With the nation in crisis, FRONTLINE investigates how President Donald Trump and former Vice President Joe Biden have responded to crises throughout their own lives. Sep 23 2020
21 de sep 2020
The elections are fast approaching, and the question on everyone’s mind is simple but momentous: Who will win? At The Economist we have built a predictive model which combines state and national polls with economic indicators and the latest machine-learning techniques to forecast the outcome of the race for the White House. The forecast is updated daily, and right now our model thinks Joe Biden is likely to beat Donald Trump in the electoral college and that he will secure the majority of the popular vote.
Welcome to The Economist’s coverage of America’s 2020 elections. You can follow our coverage by bookmarking this page, listening to our podcast on American politics or signing up for our weekly newsletter that features subscriber-only analysis of the latest polling data. We have built predictive models for the presidency, the Senate and the House of Representatives. If you are not already a subscriber to The Economist you can unlock some of our content by registering here.
On Wednesday, President Trump refused to say whether he would commit to a peaceful transition of power if he lost the election, telling reporters: “We’re going to have to see what happens.” Earlier this month, we looked at a number of scenarios for what that might look like if this did, in fact, happen. At this point, though, no matter if you look at national or state polls — but you should really look at state polls — Joe Biden has a healthy advantage over Trump, leading him nationally by about 8 percentage points when you look at state polls.
- One scenario for what happens if Trump won’t leave? The Supreme Court intervenes. It might help explain why Republicans are now scrambling to confirm a replacement for Justice Ruth Bader Ginsburg before the election. It’s rare for a president to be able to shift the balance of the court with a single nomination, but that’s exactly what Trump’s pick of Amy Coney Barrett is poised to do. It could be unpopular, though: Public opinion shows that many Americans think the winner of the 2020 election should appoint Ginsburg’s replacement.
- Another possible scenario? It’s increasingly likely we won’t know who won the election on Nov. 3. That’s because four important swing states (there’s a more than 50 percent chance that one of them will decide the Electoral College, according to our forecast) have already extended the deadline by which mail ballots must be received. It’s possible that these extensions will be overturned, but at this point, it could be days after the fact before we know who won.
¿Predicciones electorales en tiempo real?
Sep 20, 2020 · 23 min
Agenda Pública trabaja en la producción de una cobertura especial de las elecciones en Estados Unidos. Para ello contará con los análisis de su red de expertas y expertos. Y además trabajará con datos exclusivos del mercado de predicción. Esta herramienta permite conocer las posibilidades que tienen los candidatos de llegar a la casa blanca en tiempo real.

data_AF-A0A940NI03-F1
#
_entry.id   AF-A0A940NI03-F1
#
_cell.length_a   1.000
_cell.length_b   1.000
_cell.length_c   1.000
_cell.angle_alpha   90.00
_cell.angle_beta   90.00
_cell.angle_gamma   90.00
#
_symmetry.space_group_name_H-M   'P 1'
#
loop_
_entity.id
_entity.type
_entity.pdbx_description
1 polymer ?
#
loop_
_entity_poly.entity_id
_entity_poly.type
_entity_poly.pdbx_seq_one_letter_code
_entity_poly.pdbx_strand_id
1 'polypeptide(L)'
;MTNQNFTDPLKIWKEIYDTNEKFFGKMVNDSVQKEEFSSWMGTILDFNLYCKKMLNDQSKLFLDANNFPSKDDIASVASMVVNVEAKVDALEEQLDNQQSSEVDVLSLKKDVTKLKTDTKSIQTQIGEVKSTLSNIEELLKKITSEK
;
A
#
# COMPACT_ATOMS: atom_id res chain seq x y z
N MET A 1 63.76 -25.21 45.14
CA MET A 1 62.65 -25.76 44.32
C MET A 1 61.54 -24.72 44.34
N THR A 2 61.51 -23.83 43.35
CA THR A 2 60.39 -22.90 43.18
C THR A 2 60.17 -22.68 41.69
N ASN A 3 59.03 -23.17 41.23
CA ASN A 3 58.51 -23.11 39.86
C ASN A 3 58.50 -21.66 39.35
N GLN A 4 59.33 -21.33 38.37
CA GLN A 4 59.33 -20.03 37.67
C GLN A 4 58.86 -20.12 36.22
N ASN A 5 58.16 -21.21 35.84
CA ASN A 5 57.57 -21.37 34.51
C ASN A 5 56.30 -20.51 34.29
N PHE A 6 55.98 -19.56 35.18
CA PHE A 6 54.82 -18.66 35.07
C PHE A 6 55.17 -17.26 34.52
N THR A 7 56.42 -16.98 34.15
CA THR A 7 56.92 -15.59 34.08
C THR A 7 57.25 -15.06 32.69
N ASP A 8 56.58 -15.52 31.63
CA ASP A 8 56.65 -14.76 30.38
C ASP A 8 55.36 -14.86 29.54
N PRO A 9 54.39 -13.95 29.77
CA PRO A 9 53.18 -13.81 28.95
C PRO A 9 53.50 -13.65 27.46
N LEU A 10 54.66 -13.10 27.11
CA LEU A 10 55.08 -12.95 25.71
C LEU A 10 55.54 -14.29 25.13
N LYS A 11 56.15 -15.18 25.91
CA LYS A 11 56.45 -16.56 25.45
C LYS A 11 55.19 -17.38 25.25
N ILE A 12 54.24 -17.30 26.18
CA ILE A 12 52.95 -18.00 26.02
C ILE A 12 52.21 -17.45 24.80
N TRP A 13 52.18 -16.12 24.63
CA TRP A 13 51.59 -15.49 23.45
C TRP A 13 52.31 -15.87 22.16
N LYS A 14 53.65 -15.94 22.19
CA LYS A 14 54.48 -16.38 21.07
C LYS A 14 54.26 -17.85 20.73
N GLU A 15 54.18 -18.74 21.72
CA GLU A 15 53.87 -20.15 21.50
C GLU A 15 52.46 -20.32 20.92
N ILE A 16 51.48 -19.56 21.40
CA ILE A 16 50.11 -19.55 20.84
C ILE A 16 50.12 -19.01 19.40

En este episodio te explicamos cómo funciona el mercado, porqué es aún mejor que una encuesta o un agregado de ellas y a qué tipo de predicciones podrás acceder a partir del 28 de septiembre en la web de Agenda Pública.
Un recorrido sonoro por la historia de las campañas electorales en EEUU
Por ello, The Hispanic Council, con la colaboración de la Fundación Consejo España – EE.UU., presenta esta publicación que pretende ayudar a comprender cómo funciona el sistema electoral de Estados Unidos, quiénes son los candidatos y cuáles son las claves para esta campaña, así como las curiosidades y anécdotas que envuelven a la política estadounidense. Un documento ameno, didáctico y útil para todo aquel que no quiera perder detalle de las próximas elecciones.
In a year of turbulence and drama, our panel of leading Guardian journalists will dissect the headlines behind this decisive election for US democracy.
After a booming economy looked set to propel Donald Trump to re-election, his handling of the coronavirus pandemic and a summer of racial strife have seen a slump in his ratings, with national polls showing him trailing badly.
Ranged against him are Joe Biden and his running mate Kamala Harris – one a fixture of Washington politics for half a century, the other a relative newcomer. Are they doing enough not simply to oppose Trump but to offer a positive vision of their own?
Join our panel, which includes senior political reporter for Guardian US, Daniel Strauss; Guardian US political correspondent Lauren Gambino; columnist for Guardian US, Richard Wolffe; and chaired by Guardian columnist Jonathan Freedland.